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Solano deputy named in beating of Black woman was sued for similar incident in 2017

  •   4 min reads
Solano deputy named in beating of Black woman was sued for similar incident in 2017
A Solano County sheriff's vehicle.

BENICIA – A Solano County Sheriff’s deputy who was sued in August for allegedly beating a Black woman unconscious without reason and lying about it in reports was sued for a similar incident in Benicia in 2017, where a man alleged that the deputy chased him down and violently took him to the ground as he was surrendering.

The lawsuit brought by Stephen Talamantes also alleged that Deputy Dalton McCampbell lied about the incident in his report, where McCampbell wrote that he saw Talamantes “enter a fighting stance and ball up his fists.” The county settled Talamantes’ lawsuit for $14,700 in 2019.

Last year, McCampbell was one of two deputies who arrested Nakia Porter near Dixon when Porter pulled over to switch drivers while driving from Oakland to Sacramento County. The deputies had stopped Porter for mismatched license plates, but handcuffed her, pulled her away from her car, and hit her until she was unconscious. Porter sued Solano County in August. The sheriff’s office has said that Porter struck McCampbell in the face, but has released no video showing her doing that.

The sheriff’s office did not respond to questions about Talamantes’ arrest nor whether McCampbell was investigated for the incident.

McCampbell, a U.S. Army veteran, was hired by the sheriff’s office in November 2016. Talamantes was arrested in Benicia about a year later, on Nov. 23, 2017. According to an incident report submitted by McCampbell and obtained by the Vallejo Sun, deputies had responded to First and West H streets in downtown Benicia shortly after 1 a.m. to assist Benicia police with a large crowd in the area.

According to McCampbell, Talamantes walked by him and Benicia police officers. A man in a truck stopped next to the officers, got out of his truck, and started “walking after Talamantes with his fists balled up” while yelling and cursing at him. A Benicia police officer talked to the man, who accused Talamantes of stealing a scooter off his front porch, McCampbell wrote.

McCampbell’s report alleges that Talamantes ignored their commands to stop and then started running. He wrote that Talamantes then stopped and turned around in a fighting stance with his fists balled up. McCampbell wrote that he “performed a front take down on Talamantes and brought him to the ground.”

McCampbell alleges in the report that Talamantes “tucked his right hand underneath his body” and he “thought Talamantes may have been trying to arm himself” so he punched him twice. Another deputy arrived and Talamantes was handcuffed. According to McCampbell, Talamantes had  a cut above his right eyebrow with swelling and cuts and scrapes on his elbows, hands and face. An ambulance was called but Talamantes was not taken to a hospital and was booked into jail.

But Talamantes’ lawsuit, filed about a year later, alleges that McCampbell made false statements in his report.  The lawsuit states that Talamantes was on his way home when he noticed two people were following him, but did not realize they were deputies. He was afraid of who might be following him and so he started running, but once he realized they were deputies he stopped and waited for them.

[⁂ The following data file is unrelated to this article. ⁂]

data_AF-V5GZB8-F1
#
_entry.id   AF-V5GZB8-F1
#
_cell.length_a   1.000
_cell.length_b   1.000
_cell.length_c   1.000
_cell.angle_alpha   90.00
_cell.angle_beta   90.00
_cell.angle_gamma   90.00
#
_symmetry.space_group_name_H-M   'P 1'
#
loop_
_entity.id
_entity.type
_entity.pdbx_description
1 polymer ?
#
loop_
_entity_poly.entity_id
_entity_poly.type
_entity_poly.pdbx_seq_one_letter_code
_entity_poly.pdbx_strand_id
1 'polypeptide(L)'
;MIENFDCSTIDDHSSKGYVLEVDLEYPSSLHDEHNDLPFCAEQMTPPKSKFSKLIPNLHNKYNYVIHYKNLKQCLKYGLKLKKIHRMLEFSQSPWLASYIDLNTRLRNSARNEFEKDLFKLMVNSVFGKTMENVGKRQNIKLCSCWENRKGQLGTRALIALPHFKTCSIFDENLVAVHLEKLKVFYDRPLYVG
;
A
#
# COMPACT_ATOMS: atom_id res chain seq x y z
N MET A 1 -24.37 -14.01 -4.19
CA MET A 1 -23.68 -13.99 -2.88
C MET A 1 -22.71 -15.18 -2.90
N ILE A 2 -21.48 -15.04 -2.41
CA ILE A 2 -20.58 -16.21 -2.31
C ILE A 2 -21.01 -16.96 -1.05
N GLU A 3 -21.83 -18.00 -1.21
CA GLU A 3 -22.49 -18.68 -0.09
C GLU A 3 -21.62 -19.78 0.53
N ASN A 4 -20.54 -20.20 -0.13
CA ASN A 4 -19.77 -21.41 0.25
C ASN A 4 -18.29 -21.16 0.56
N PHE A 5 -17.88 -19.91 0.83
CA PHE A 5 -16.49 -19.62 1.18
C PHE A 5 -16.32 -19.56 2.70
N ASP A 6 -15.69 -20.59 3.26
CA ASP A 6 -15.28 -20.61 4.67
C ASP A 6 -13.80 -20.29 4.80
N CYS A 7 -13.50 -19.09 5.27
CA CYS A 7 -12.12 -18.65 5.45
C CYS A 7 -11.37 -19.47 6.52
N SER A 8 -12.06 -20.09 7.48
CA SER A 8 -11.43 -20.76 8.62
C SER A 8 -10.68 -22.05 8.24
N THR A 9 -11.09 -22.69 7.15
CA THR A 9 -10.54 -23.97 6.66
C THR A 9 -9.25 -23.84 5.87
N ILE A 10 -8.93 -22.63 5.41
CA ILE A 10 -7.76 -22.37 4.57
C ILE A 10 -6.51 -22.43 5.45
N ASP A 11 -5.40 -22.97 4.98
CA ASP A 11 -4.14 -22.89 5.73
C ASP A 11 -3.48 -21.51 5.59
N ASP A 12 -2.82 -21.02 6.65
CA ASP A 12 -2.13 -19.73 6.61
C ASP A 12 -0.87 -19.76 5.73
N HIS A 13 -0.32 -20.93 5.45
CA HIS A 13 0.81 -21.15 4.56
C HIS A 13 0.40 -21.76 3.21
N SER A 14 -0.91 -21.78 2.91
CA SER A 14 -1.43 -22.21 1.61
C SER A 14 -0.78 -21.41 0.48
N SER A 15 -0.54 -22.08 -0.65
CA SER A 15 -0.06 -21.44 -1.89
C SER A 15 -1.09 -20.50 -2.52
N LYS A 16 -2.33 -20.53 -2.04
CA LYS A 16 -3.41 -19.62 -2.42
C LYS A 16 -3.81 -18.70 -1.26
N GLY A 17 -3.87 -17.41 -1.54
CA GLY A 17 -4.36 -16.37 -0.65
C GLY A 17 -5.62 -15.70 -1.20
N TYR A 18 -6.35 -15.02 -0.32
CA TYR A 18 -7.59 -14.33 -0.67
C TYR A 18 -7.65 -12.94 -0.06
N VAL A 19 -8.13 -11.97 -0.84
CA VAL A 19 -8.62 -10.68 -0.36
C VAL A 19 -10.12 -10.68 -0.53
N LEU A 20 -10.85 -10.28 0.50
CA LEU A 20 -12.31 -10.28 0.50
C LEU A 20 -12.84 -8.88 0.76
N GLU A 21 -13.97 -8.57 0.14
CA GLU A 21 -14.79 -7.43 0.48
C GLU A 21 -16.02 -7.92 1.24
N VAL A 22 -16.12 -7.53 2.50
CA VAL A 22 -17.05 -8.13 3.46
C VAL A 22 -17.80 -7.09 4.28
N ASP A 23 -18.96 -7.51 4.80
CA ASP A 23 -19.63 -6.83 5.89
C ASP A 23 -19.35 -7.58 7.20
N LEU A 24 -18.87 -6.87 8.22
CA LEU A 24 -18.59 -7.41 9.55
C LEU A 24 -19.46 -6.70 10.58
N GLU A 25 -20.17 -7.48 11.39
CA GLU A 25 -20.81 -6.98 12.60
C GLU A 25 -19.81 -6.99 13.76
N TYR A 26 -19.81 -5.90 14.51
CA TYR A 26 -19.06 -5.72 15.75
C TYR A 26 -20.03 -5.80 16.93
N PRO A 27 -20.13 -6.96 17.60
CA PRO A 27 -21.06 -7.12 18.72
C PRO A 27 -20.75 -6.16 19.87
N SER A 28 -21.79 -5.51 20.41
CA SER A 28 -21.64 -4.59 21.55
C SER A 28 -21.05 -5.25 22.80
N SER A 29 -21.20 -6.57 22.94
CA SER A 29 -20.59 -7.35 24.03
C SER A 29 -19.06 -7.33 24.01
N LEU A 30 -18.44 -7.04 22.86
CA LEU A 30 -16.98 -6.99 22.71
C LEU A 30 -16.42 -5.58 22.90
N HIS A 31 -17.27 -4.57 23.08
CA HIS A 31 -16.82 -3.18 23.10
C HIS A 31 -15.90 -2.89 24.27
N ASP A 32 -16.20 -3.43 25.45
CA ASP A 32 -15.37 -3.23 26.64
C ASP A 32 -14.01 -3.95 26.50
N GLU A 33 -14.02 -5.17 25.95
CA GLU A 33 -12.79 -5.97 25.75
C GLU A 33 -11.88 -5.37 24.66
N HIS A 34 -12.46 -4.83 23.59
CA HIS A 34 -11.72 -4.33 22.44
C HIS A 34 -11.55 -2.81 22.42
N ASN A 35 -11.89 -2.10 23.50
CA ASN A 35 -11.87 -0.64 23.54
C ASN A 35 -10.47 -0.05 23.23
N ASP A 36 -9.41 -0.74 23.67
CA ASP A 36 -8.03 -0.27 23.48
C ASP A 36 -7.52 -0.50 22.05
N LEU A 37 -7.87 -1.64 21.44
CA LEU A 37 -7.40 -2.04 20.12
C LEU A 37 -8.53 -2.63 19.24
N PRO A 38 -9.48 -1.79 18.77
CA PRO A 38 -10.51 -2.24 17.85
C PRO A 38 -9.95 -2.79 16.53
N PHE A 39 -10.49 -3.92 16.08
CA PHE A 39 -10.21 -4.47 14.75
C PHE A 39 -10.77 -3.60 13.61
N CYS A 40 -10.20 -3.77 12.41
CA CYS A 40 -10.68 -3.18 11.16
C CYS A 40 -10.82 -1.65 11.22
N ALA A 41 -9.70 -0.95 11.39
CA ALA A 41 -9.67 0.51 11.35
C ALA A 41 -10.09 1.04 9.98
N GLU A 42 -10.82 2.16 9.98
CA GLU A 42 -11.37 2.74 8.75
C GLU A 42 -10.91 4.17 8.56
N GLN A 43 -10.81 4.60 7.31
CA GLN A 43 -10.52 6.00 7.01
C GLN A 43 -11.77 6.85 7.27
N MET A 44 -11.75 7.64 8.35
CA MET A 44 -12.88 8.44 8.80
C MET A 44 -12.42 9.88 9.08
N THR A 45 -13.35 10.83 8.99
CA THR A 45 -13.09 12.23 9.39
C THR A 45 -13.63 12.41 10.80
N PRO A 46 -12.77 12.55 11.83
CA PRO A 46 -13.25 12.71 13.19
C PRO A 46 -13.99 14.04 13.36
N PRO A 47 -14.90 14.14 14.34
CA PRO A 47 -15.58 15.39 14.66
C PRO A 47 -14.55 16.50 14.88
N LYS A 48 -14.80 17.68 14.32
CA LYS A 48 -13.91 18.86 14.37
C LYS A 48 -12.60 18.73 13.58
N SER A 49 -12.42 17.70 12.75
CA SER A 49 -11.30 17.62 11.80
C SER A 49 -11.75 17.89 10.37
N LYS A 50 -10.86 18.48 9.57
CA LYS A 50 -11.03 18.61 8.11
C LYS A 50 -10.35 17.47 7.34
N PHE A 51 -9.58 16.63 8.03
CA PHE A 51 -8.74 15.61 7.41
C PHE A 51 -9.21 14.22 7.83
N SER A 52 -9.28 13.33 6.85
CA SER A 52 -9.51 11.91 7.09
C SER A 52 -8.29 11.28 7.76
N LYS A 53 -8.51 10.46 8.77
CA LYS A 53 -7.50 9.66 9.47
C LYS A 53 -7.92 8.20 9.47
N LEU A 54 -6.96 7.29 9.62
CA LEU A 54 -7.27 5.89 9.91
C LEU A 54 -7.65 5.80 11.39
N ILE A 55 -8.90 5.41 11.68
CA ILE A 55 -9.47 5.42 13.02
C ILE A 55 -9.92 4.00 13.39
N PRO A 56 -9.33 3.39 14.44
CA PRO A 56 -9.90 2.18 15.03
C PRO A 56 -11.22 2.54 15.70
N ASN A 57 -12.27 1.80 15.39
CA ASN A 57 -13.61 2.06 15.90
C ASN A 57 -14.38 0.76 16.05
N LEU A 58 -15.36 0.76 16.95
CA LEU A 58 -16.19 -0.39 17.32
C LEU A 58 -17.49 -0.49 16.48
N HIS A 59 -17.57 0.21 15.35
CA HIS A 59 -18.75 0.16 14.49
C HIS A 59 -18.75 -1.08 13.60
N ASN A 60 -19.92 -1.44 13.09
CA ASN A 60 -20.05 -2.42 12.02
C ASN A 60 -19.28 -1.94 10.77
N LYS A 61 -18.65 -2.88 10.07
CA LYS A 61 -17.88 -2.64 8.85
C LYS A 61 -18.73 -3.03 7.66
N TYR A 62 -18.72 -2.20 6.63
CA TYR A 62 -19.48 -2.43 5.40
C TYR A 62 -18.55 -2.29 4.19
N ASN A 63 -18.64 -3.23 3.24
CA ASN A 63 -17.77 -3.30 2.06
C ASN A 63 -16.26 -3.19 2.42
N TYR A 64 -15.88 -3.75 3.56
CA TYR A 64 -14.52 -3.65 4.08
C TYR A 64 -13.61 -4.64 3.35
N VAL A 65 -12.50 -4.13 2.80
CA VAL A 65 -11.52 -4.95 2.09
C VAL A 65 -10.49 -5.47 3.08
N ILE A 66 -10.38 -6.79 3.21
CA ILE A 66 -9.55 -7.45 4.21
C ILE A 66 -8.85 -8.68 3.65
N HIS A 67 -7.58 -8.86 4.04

The lawsuit alleges that when McCampbell reached him, he immediately took Talamantes to the ground, hitting Talamantes’ head so he started profusely bleeding from his left eyebrow. McCampbell then punched Talamantes multiple times.

According to the lawsuit, Talamantes was charged only with resisting arrest. According to court records, the charge was dismissed about four months later.

Deputy Dalton McCampbell, right, discusses the arrest of Nakia Porter in body camera video.
Deputy Dalton McCampbell, right, discusses the arrest of Nakia Porter in body camera video.

The incident is one of several recent allegations of excessive force by sheriff’s deputies who have sought charges of resisting or obstructing officers that are either never prosecuted or later dismissed.

McCampbell himself was identified as the deputy who decided to detain Porter last year as she and her father were switching who was in the driver’s seat while her two young children and niece were in the back seat. McCampbell pulled Porter from her car as she was getting back into the driver’s seat, handcuffed her and then allegedly hit her until she was unconscious. Porter said that deputies pulled her braids from her head and that it took months to recover from the force McCampbell inflicted. Deputies took Porter to jail on suspicion of  resisting arrest, but the district attorney’s office declined to prosecute.

In 2019, sheriff’s Deputy Alvaro Pena punched a man in the face multiple times and slammed his head into a wall while arresting him inside a Fairfield courthouse. Pena had asked the man to leave the courtroom for talking loudly, and testified in court that the man had entered a fighting stance, but body camera video showed his back was turned when Pena grabbed him. The district attorney’s office charged the man with felony obstructing a law enforcement officer, but Judge Daniel Healy rejected that charge at a hearing earlier this month, questioning the deputy’s use of force.

The Porter incident in particular has drawn increased scrutiny on the sheriff’s office, including by the county’s Board of Supervisors, who are expected to discuss a possible oversight board for the sheriff’s office at an upcoming meeting later this month.

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